Marketing Checklist: Your First Year as a Real Estate Agent

Follow this marketing checklist in your first year as a real estate agent to spend your resources wisely.

This article is geared towards new agents, but there’s tons of useful nuggets of information for agents at all stages of their career.

Taking a real estate pre-licensing course can help you get a head start on becoming a real estate agent and ensure you pass the exam. However, once you’re licensed you are up against industry giants from day one. 

After passing the real estate exam, you’ll know the core legal, technical and financial aspects of the business since it’s fresh in your mind… but what about marketing? You’re essentially a solo entrepreneur now, and while your brokerage may provide you with some basic support, you’re likely going to have to throw on a marketing hat as well. 

To help you allocate precious resources, we’ve put together this marketing checklist. Think of it as your marketing blueprint for the first year as a real estate agent. 

This list is basically the result of having so many new agents ask us where to start when it comes to marketing… with special emphasis on what’s important and what can wait.

To keep things simple, we broke up the list into 3 parts and each has a “must have 🚨” and a “nice to have 👌” section. The three parts are:

  • Before you’re licensed
  • Shortly after closing your first deal
  • Before your first year anniversary

Buckle in because we’re going to cover a TON of ground, and it’s going to seem overwhelming especially if you’re just starting. Also note that we’re just scratching the surface here and each one of these items could have its own extensive guide.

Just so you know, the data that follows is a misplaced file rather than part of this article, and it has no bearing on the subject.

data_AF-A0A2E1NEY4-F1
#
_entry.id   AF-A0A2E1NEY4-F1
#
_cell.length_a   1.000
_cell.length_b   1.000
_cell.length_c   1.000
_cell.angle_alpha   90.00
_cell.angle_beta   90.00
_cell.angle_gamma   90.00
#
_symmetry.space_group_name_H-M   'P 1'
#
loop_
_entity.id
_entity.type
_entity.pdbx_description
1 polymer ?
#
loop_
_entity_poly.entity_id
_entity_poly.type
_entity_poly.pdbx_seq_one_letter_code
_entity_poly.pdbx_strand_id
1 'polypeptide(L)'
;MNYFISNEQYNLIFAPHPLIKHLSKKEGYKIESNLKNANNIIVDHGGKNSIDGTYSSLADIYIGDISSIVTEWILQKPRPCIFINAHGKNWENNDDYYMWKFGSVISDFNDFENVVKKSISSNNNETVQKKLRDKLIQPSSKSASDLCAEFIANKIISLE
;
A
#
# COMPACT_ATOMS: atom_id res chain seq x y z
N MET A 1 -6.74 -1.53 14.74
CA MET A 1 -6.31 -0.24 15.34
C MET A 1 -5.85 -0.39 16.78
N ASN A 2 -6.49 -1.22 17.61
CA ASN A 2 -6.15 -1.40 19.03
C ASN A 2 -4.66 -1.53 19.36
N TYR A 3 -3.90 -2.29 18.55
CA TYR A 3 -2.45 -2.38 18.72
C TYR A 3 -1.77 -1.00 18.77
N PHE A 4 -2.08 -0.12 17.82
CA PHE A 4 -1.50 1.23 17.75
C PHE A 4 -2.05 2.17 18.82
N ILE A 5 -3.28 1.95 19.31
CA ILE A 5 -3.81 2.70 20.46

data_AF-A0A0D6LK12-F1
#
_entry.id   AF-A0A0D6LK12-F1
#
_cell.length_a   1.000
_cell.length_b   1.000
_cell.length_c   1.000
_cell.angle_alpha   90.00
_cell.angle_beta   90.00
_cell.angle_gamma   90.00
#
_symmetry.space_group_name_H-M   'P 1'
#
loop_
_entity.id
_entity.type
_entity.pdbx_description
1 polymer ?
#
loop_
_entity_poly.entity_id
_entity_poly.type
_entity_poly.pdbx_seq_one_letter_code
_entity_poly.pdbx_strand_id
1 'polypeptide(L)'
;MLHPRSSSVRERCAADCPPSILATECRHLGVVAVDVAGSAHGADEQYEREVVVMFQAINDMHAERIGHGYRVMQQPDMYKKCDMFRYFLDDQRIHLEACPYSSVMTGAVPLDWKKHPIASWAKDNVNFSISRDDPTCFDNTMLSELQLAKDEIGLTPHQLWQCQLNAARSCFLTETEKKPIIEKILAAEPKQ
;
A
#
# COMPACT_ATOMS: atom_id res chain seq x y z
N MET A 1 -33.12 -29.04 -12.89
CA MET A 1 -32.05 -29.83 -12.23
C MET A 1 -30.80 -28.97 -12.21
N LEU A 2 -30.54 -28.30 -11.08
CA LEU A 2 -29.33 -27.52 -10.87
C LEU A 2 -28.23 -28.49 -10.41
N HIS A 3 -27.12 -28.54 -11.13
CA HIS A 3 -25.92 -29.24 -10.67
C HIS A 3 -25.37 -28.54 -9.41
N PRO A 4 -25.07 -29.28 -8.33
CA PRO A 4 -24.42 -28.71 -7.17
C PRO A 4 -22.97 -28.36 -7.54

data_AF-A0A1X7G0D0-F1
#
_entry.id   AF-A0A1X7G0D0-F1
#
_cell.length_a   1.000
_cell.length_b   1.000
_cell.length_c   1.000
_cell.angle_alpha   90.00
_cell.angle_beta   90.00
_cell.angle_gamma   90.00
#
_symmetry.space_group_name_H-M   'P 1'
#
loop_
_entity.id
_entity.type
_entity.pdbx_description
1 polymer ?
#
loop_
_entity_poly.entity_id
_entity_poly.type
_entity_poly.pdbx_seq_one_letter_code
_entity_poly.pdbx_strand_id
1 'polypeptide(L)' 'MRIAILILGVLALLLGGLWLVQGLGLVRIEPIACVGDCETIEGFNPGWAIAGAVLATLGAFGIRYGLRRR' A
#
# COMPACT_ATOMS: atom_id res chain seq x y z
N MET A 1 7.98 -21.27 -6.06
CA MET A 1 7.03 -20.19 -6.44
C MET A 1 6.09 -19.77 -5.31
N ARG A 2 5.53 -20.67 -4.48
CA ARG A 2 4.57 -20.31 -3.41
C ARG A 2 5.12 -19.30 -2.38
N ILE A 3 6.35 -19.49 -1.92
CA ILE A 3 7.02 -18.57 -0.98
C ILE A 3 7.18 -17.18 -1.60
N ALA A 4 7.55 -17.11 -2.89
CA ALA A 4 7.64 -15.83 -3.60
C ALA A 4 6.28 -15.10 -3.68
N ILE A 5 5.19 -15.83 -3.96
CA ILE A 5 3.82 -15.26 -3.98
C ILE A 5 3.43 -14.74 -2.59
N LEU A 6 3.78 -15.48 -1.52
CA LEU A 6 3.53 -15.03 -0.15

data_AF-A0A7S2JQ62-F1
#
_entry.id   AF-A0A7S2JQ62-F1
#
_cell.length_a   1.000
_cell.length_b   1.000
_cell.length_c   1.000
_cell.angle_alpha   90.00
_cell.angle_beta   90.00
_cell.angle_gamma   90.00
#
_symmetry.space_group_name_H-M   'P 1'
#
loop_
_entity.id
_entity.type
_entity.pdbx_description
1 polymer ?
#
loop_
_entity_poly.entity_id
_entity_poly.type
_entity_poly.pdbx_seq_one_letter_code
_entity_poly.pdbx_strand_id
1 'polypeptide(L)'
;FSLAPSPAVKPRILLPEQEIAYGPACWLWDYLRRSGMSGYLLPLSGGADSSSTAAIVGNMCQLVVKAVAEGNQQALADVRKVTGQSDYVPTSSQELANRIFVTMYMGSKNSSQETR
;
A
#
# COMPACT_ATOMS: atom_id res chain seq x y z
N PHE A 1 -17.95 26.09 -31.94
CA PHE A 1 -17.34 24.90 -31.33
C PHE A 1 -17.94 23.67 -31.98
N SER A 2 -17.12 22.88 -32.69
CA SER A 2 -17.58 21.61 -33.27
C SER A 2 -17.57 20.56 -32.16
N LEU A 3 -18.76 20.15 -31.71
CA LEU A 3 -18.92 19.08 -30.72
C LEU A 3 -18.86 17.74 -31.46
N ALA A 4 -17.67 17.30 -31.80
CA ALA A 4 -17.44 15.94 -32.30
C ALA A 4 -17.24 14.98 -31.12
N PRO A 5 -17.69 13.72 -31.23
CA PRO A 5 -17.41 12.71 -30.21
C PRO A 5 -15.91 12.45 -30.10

Scroll to the bottom of this post for a printable version of the checklist.

Before You’re Licensed

If you happen to have discovered this guide before getting licensed, then you’re in luck! You can get a head start and hit the ground running when you’re actively licensed. 



Your primary objective is to pass that exam.


Professional headshots

Headshots are typically the first thing new agents knock off their list when it comes to marketing. 

Is the skull too much?

Ditch the old college photo and find a professional in your area. Try to incorporate your city/neighbourhood in the photos for an instant boost of recognition.

A short, written bio

Who doesn’t love talking about themselves? Keep your bio between 300 and 500 words. Shorter bios are meant to capture the reader’s attention and encourage them to connect with you.

Bonus points: Include a few “lifestyle” photos alongside your bio. They really help break down digital barriers and build a real sense of connection. Photos of you interacting with your clients and community tell a great visual story.

100% human

Your own logo and personal branding

You may choose to piggyback off your brokerage brand, especially in the beginning. There’s nothing wrong with that and it can help you get your career off the ground. However, many agents eventually choose to focus on their personal brand.